Most folks may be satisfied to read the tales of Dashiell Hammett, Raymond Chandler, and Mickey Spillane (at least they knew how to navigate a cocktail party). Other folks want to get right into the action, as I found out when I ran my own detective agency.  In hiring employees, I have interviewed not only homemakers and groundskeepers, but a long list of other occupations, including architects, firemen, and airline pilots.
Folks I did hire needed to have a plain appearance and be able to blend into a crowd.  They needed a good memory for faces and automobiles.   Applicants who could show me they had the right change for a bus always got a second interview.
They needed to be able to make up a cover story on the run, one that they could remember, and that other people would believe.    Their safety and the success of the case depended on avoiding the squad car and the ambulance.
There is one fib universal to all detectives when they are interviewed by a reporter. “A detective’s job is boring. Most of my time is spent digging through old records!”  I was never bored; I also did the surveillance and often wrapped up with the case on film.  Big fib: “I rarely, if ever, carried a gun.”   Never went to work without one.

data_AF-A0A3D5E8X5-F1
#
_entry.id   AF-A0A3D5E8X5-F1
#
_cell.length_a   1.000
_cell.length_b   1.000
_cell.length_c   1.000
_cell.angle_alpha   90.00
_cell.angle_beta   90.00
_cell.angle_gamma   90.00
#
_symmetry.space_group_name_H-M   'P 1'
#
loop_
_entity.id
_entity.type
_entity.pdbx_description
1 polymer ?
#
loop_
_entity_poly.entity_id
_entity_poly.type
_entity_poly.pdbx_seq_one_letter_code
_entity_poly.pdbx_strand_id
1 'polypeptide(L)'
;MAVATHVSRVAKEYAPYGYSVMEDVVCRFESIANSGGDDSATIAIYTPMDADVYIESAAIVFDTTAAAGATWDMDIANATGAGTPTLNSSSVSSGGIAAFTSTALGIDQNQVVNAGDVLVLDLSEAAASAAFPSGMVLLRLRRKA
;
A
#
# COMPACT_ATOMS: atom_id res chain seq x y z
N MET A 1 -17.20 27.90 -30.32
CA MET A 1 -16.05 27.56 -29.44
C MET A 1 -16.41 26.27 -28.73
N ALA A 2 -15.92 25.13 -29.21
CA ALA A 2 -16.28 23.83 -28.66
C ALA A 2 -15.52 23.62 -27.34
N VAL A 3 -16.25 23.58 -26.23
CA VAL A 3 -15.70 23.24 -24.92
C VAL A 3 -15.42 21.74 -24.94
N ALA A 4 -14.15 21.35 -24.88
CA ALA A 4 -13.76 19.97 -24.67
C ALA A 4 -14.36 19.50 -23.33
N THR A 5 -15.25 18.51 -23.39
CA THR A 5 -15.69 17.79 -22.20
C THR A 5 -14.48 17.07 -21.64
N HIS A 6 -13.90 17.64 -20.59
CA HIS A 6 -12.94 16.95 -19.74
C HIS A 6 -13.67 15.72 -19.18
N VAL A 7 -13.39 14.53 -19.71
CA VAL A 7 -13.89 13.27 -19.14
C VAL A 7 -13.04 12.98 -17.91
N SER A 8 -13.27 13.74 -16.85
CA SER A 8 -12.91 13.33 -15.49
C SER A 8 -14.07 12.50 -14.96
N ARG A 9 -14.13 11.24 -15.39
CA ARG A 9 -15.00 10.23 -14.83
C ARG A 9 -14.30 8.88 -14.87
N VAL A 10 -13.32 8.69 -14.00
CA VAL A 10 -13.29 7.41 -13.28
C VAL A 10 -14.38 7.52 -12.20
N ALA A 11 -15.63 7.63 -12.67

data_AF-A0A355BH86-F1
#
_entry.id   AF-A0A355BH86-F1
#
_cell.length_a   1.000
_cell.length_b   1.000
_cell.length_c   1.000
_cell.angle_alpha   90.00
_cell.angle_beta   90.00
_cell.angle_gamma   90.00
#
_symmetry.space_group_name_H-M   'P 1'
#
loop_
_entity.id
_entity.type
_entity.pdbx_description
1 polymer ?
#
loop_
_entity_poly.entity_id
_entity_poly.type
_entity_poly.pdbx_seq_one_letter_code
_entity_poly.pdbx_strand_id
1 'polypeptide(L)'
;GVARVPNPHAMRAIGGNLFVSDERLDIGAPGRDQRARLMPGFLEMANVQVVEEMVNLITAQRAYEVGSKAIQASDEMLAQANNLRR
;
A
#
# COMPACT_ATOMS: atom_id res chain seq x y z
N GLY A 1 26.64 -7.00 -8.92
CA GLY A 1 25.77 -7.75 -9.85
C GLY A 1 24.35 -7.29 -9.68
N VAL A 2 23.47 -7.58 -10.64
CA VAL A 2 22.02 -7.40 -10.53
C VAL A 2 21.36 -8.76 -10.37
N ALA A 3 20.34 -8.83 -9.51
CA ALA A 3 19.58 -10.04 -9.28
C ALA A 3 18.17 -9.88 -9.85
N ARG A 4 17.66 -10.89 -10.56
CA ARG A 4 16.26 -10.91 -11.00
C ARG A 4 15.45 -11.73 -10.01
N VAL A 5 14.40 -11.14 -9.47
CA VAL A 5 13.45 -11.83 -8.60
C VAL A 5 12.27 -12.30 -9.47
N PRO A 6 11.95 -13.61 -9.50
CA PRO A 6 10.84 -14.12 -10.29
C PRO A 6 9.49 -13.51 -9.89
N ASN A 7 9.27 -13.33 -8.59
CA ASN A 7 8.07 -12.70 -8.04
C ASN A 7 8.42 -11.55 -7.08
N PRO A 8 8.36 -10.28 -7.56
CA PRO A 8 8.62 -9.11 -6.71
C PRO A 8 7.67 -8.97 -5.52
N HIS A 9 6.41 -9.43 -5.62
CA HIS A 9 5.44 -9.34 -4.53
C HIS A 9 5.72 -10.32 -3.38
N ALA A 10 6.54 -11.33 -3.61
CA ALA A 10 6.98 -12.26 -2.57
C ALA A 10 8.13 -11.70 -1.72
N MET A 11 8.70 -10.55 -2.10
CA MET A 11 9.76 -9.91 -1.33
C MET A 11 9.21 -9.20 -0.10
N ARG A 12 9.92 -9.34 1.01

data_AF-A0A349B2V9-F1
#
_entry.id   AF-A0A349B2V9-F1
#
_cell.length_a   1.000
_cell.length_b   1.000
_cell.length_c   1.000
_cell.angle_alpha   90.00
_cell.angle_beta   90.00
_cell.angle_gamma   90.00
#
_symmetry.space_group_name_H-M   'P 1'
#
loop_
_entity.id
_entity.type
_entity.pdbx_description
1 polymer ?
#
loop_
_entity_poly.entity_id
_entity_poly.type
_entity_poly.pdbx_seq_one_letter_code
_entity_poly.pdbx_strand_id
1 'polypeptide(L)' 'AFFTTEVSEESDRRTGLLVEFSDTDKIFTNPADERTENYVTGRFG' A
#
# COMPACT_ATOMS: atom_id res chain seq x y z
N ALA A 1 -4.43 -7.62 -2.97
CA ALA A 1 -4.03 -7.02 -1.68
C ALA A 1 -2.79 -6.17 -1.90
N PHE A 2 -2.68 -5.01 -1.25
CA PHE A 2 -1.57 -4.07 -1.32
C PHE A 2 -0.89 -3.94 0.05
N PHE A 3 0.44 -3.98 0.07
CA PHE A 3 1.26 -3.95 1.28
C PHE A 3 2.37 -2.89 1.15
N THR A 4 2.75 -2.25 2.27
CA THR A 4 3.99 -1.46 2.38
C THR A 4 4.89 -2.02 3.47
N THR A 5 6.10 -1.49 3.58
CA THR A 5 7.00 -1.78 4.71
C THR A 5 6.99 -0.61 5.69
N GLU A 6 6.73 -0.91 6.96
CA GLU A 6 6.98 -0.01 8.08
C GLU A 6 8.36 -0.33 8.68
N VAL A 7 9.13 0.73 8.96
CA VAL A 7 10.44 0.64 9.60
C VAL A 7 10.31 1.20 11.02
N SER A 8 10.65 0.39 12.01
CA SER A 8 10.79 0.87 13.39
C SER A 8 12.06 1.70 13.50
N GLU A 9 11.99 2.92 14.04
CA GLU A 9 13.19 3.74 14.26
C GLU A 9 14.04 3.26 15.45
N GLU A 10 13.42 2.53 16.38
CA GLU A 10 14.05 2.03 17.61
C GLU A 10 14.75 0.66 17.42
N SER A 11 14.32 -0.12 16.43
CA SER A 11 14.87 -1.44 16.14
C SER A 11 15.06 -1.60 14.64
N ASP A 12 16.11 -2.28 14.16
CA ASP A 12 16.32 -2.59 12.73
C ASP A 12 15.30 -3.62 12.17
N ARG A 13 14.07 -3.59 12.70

Guns!  Here’s a little story that was kind of a hoot.  My phone rang and an attorney asked me to meet him at a small restaurant out of town.   He promised work, but needed an armed guard.
 I told him, “Great.  Two hours for seventy bucks.  Give me your bar card number and I’ll call you back.”
“But I’m paying for lunch,” he said.    “Besides, seventy dollars is too much just to meet me.”
“Come to my office,” I said.  “Free, and you get coffee.  The Danish is getting a little dented.”
“Can we discuss the cost, my client is really pressed.”
 “I’ll meet you,” I said.  “If you have work for me, we can talk about it.”